Explanation of benefits: The actual goal is to let the bread/water mixture (called a panade) interfere with the natural tendency of the meat proteins to bind with each other and create a dense, tough glob of protein. Chef Billiot lets the non-meat mixture rest together for 10 minutes to help the panade hydrate well before mixing into the meat. The meats are mixed separately so that you can be sure they're well integrated; you don't want large hunks of chicken and large hunks of beef but rather a homogeneous combination.

Chef Billiot calls for forming the meatballs into 2-ounce units, another great use for the scale. Creating consistent servings is important for a restaurant (to make sure the customer experience is the same every time) and even more for people who need to carefully control their dietary intake. This recipe should make 16-20 (2-ounce) meatballs.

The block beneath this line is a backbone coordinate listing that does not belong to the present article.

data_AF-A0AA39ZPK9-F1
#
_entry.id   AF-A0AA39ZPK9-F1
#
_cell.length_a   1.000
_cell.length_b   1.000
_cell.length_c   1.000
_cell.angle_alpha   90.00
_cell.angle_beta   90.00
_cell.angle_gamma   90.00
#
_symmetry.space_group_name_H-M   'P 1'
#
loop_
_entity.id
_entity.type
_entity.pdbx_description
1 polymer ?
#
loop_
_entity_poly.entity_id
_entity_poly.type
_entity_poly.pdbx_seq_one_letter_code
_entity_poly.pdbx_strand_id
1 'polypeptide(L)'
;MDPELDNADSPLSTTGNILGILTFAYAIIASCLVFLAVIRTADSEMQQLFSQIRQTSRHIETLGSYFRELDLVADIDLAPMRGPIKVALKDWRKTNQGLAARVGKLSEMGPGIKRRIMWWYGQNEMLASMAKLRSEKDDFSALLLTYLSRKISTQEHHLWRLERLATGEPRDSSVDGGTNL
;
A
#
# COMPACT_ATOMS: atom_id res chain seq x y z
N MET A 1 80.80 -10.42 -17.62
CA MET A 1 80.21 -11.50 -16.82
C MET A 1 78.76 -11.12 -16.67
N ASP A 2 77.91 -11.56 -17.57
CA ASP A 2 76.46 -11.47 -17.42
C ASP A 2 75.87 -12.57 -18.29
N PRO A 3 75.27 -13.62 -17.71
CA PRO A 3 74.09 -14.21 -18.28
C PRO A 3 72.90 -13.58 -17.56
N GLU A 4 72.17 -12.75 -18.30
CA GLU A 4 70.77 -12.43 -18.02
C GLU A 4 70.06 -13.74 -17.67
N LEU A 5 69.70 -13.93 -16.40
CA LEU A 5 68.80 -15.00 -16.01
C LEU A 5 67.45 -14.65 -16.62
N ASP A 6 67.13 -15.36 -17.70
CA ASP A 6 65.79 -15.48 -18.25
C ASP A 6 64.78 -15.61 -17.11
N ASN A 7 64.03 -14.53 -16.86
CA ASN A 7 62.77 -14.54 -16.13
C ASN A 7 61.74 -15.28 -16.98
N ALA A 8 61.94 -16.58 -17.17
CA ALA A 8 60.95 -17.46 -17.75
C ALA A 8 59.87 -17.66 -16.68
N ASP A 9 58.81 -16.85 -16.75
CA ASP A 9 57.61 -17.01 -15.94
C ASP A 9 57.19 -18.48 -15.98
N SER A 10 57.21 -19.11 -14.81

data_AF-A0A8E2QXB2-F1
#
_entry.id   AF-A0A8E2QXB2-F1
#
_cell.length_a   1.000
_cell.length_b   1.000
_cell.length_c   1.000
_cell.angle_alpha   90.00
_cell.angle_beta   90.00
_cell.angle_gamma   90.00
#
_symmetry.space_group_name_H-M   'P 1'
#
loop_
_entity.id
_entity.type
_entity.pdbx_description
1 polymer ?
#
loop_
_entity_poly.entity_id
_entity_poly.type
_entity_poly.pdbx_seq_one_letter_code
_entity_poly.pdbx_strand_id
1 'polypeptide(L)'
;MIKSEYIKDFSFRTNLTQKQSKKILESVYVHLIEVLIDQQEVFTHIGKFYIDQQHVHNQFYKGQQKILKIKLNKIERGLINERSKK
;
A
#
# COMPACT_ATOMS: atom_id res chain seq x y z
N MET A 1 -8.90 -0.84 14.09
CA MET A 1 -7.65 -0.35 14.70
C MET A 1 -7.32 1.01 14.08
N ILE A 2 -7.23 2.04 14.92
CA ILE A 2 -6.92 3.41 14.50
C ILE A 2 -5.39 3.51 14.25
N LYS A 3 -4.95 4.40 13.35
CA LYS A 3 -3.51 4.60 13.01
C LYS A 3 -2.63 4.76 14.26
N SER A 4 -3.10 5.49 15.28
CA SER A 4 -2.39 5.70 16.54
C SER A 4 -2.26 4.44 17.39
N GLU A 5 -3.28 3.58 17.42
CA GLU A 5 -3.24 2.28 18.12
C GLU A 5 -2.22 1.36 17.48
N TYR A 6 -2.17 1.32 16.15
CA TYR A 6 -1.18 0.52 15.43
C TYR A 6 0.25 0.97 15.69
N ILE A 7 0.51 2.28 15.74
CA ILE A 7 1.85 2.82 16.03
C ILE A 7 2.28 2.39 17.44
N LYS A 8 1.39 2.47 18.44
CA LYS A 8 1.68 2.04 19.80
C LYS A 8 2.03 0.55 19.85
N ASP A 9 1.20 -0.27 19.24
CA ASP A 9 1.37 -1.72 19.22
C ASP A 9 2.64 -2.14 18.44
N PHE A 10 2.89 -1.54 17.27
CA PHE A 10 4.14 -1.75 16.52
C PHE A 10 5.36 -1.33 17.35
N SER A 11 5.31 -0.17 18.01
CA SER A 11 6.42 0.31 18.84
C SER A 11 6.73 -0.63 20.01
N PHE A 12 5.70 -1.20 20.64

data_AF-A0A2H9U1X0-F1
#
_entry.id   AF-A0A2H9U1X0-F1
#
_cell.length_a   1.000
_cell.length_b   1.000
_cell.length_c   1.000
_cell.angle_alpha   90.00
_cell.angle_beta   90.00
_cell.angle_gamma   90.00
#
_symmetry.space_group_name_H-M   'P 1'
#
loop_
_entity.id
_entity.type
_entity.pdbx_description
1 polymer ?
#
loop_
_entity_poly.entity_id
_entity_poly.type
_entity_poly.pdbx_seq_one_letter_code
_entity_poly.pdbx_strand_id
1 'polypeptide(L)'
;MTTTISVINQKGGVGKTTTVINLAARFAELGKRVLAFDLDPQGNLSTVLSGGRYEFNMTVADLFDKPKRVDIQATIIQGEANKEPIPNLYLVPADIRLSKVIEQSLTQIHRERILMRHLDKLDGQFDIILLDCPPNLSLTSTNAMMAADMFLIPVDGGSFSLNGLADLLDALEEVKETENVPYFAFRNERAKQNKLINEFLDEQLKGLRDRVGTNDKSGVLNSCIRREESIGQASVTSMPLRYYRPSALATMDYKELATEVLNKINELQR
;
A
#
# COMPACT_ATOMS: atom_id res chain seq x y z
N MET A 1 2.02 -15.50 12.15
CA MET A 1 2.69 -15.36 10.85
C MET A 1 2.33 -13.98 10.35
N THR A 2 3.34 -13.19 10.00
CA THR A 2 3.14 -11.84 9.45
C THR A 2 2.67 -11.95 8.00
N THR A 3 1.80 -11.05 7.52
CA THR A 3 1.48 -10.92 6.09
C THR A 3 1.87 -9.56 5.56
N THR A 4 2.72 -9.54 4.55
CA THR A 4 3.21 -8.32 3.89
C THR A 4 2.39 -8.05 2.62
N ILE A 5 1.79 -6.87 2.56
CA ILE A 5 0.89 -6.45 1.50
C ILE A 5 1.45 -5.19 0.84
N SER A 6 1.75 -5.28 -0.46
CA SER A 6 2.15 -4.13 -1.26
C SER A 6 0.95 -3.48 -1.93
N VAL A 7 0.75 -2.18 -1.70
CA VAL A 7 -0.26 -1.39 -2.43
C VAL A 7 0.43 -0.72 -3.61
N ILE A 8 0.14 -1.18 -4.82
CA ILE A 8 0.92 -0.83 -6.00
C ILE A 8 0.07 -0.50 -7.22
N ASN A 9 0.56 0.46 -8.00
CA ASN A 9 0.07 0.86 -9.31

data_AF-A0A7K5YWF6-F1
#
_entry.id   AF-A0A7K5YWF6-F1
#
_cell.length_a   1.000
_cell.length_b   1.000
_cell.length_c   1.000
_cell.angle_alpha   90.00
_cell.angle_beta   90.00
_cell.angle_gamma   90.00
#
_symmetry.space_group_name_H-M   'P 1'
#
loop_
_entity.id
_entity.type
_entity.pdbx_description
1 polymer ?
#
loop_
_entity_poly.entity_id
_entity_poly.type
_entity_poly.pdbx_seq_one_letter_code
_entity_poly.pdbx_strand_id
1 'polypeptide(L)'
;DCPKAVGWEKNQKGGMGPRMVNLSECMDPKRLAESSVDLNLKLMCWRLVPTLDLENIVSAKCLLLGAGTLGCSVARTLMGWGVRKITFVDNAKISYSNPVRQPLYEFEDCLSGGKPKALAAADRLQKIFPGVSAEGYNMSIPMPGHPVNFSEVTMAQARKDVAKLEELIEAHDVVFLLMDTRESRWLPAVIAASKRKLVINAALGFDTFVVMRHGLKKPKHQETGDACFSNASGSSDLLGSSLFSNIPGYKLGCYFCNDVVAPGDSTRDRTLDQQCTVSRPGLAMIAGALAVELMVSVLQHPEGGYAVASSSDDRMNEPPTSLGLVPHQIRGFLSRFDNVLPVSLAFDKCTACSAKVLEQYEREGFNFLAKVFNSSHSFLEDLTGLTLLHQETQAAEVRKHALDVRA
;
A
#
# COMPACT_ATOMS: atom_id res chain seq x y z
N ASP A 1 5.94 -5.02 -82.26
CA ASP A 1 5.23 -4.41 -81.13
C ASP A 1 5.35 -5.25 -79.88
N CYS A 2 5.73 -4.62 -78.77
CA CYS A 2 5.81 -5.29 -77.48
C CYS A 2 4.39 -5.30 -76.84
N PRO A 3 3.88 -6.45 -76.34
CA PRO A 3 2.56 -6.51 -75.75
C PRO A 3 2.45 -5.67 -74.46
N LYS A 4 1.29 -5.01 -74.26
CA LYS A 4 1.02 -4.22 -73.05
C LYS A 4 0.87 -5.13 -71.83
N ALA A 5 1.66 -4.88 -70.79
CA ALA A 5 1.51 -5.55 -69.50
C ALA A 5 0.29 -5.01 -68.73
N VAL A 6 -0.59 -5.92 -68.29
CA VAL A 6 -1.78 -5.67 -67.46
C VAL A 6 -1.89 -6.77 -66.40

Baking is especially dependent on measuring by weight; baking recipes usually require more precision than savory ones, and flour is notoriously hard to measure by volume. "One cup" of flour can weigh anywhere from 3 1/2 ounces to 5 1/2 ounces.


We will say farewell with a quick riff on stir-fry from H. Berry of Athens, Tennessee, who explained, "Stir-frying is too much trouble. Instead, I toss small chunks of uncooked chicken, zucchini, carrots, onions or whatever vegetables I have with sesame oil and soy sauce. I bake this mixture at 350 degrees for 20 minutes or until chicken is done and everything is getting brown, and serve over white rice."


* Hickory-grilled ribs

* Best kitchen features

* Homemade protein bars

* Cold brew coffee


Fare Exchange is a longtime meeting place for people who love to cook and love to eat. We welcome both your recipes and your requests. Be sure to include precise instructions for every recipe you send.

Mailing address: Jane Henegar, 913 Mount Olive Road, Lookout Mountain, GA 30750

Email: chattfare@gmail.com